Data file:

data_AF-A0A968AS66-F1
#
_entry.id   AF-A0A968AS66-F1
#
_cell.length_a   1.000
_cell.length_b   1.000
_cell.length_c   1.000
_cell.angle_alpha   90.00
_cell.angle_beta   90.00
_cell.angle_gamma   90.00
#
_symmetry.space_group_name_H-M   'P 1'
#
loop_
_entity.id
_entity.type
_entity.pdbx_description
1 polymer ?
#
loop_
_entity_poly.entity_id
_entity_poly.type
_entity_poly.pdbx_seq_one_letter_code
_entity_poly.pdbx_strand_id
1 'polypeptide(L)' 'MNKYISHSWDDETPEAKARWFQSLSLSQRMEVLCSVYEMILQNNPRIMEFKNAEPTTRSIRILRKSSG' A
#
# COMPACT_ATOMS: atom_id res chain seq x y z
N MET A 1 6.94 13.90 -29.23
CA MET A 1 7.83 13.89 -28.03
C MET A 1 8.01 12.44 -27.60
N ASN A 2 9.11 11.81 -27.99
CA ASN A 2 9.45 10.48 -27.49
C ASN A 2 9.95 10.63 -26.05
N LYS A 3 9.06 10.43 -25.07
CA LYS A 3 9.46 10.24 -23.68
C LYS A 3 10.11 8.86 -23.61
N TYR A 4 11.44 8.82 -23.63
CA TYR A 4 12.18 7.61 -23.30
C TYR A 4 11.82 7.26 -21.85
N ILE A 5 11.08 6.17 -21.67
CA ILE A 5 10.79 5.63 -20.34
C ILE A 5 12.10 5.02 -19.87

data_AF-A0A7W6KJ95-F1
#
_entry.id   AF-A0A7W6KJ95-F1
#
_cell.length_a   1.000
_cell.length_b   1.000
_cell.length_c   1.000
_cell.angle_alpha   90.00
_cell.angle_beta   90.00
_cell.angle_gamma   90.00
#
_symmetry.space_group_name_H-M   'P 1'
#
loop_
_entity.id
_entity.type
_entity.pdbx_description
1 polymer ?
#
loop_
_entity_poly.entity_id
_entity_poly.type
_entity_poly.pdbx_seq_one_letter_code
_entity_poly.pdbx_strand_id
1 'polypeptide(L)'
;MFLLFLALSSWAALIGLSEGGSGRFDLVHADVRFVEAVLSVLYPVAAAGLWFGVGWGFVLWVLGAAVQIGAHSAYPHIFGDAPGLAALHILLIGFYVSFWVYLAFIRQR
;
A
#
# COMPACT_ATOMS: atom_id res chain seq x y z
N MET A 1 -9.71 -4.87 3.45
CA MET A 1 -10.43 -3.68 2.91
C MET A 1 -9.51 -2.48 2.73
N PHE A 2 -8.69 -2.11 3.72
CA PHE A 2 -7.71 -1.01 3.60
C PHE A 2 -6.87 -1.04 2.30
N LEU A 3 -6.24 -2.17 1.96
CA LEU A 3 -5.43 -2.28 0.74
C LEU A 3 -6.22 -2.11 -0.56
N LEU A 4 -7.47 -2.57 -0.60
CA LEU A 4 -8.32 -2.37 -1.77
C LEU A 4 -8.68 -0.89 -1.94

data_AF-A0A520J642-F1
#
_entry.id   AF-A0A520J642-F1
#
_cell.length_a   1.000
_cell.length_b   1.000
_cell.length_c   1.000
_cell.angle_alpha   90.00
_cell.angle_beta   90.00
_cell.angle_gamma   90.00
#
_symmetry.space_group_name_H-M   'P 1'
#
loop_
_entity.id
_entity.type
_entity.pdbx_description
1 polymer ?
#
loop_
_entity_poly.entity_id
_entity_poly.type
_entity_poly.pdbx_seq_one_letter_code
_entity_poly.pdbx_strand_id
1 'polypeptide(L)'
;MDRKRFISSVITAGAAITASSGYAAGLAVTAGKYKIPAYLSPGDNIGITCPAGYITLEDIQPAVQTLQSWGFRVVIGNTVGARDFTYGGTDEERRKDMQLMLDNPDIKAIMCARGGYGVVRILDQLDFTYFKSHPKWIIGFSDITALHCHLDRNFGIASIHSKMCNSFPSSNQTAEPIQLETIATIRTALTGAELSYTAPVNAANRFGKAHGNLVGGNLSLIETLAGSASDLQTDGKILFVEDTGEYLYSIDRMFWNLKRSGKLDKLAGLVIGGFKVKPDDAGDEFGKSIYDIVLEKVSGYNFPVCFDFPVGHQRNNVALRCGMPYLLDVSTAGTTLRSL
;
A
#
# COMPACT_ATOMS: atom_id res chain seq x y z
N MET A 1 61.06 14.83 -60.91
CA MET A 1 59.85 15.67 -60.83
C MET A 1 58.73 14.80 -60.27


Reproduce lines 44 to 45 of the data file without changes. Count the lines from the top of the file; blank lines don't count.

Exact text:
#
_entry.id   AF-A0A7W6KJ95-F1